UBS ETF In order to proceed, you must confirm that you are a professional investor based in the Netherlands.
How to trade ETFs on the stock exchange
UBS Exchange Traded Funds (ETFs) can be bought and sold on the stock exchange just as easily as listed equities. Simply contact your bank or your broker, who will gladly assist you in buying or selling the securities you would like at the best price on the stock exchange.
UBS ETFs are traded on stock exchanges in Amsterdam, Zurich, Frankfurt, Milan and London.
In addition to the official net asset value (NAV), which is determined once a day for traditional investment funds, the so-called indicative net asset value (iNAV) is calculated for UBS Exchange Traded Funds during regular trading hours. The iNAV is used for real-time valuation of the fund's assets and serves as reference price for buying and selling. You can access the iNAV at www.ubs.com/etf during regular trading hours.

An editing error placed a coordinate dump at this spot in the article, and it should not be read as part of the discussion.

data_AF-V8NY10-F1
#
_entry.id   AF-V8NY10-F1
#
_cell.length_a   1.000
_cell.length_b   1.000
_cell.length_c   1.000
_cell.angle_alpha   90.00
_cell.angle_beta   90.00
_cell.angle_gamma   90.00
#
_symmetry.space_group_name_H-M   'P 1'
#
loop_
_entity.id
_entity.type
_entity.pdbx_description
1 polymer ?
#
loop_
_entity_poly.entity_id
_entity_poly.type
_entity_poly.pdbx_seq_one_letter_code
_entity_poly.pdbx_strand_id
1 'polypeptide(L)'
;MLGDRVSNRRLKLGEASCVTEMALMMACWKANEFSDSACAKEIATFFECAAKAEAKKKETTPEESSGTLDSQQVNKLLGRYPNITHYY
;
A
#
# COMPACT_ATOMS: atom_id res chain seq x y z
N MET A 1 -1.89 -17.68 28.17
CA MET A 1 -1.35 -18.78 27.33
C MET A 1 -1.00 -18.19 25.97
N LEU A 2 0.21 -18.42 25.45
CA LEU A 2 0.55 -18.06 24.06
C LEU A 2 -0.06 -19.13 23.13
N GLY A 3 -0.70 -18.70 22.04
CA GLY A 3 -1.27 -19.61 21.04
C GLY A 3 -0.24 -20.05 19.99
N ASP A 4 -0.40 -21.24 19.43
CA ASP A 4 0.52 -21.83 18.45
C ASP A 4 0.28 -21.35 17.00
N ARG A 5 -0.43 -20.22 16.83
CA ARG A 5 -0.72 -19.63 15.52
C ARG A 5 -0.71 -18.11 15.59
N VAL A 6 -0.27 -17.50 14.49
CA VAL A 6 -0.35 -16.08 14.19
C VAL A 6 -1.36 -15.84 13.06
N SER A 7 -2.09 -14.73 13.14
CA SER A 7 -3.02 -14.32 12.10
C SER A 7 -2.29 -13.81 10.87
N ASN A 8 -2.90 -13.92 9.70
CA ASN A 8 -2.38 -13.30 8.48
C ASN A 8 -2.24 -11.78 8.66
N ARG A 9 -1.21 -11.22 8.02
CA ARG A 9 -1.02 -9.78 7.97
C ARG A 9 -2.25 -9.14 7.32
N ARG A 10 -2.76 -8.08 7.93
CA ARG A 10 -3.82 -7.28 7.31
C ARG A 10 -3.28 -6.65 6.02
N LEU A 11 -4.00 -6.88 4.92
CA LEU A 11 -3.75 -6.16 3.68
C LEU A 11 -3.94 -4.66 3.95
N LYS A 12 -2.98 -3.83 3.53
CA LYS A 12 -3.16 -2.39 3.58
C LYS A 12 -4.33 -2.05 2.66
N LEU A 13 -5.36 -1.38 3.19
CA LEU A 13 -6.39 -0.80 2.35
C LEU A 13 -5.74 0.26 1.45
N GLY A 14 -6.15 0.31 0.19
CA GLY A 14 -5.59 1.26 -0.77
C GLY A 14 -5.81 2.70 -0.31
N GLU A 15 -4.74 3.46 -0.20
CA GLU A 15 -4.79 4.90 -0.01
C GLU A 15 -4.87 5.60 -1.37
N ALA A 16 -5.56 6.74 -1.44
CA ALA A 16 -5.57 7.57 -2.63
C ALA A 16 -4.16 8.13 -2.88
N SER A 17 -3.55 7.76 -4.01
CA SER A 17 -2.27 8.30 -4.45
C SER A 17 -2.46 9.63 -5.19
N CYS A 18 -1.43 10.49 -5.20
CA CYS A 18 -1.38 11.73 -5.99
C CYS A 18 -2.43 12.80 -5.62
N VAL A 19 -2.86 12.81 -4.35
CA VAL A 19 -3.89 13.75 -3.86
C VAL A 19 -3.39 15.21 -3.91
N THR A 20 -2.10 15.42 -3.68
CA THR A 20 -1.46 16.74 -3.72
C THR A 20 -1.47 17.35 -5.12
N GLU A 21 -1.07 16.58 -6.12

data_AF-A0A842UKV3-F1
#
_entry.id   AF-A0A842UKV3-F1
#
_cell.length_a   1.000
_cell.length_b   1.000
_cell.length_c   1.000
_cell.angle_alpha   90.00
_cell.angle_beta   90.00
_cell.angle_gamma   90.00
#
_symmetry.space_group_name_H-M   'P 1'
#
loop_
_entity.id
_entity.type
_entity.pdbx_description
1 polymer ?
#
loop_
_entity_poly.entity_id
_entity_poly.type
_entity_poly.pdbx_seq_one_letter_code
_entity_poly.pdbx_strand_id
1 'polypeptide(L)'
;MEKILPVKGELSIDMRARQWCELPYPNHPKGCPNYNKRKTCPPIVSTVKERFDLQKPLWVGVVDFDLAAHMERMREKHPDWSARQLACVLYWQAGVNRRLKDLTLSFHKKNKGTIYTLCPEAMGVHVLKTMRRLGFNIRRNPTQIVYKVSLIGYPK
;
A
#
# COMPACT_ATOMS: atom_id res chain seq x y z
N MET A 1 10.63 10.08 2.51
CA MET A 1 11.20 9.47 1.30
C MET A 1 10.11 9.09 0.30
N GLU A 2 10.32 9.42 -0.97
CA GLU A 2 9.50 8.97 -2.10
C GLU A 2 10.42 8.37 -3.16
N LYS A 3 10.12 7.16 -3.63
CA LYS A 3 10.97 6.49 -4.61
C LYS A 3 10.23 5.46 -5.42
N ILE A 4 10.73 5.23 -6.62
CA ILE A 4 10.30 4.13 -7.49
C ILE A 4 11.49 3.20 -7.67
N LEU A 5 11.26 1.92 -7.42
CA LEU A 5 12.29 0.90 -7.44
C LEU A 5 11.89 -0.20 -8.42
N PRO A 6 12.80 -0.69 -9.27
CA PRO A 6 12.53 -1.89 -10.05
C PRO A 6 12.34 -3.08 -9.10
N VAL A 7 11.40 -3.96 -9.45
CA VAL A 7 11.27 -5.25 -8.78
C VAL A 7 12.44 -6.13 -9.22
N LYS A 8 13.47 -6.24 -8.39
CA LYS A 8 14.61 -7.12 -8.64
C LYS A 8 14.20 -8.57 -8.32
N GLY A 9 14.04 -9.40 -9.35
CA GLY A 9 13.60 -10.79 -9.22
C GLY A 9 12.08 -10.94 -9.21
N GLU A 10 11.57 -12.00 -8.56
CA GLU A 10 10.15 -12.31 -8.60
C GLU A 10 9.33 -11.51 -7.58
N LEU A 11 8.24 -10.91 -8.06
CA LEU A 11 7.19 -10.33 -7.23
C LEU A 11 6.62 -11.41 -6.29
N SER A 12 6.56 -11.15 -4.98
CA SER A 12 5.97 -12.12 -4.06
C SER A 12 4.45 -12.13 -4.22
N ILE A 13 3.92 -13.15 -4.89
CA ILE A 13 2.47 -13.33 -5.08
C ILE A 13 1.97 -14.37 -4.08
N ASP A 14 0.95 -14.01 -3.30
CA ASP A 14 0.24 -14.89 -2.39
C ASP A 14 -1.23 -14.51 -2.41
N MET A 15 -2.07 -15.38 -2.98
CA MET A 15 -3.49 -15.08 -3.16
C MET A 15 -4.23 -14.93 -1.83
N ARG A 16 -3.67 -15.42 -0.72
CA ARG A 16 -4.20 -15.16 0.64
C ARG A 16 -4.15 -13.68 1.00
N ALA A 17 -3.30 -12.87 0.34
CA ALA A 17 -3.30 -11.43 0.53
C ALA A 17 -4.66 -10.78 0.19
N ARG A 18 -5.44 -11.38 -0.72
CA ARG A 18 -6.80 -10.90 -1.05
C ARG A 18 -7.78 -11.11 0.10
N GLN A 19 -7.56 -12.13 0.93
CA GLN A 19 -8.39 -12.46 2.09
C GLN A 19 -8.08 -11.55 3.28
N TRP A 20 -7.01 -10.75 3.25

Prices and other information for UBS ETFs are also found on the websites of the Euronext Amsterdam, SIX Swiss Exchange, Deutsche Börse, Borsa Italiana and London Stock Exchange.
Trading UBS ETFs over the counter
OTC (over-the-counter) trading
Big-ticket orders (from CHF 0.5 million) can be traded directly over the counter (OTC) through a market maker or authorized participant. This makes it possible to conclude big-ticket transactions highly efficiently in various currencies at low cost.
NAV trading (net asset value)
NAV trading is likewise reserved for larger orders. Investors trade ETFs through a market maker or authorized participant at the official net asset value, plus transaction costs. The current cut-off times must be met for NAV orders.
Purchasing units or shares of UCITS ETFs on the secondary market
UCITS ETF’s units or shares purchased on the secondary market cannot usually be sold directly back to UCITS ETF. Investors must buy and sell units or shares on a secondary market with the assistance of an intermediary (e.g. a stockbroker) and may incur fees for doing so. In addition, investors may pay more than the current net asset value when buying units or shares and may receive less than the current net asset value when selling them.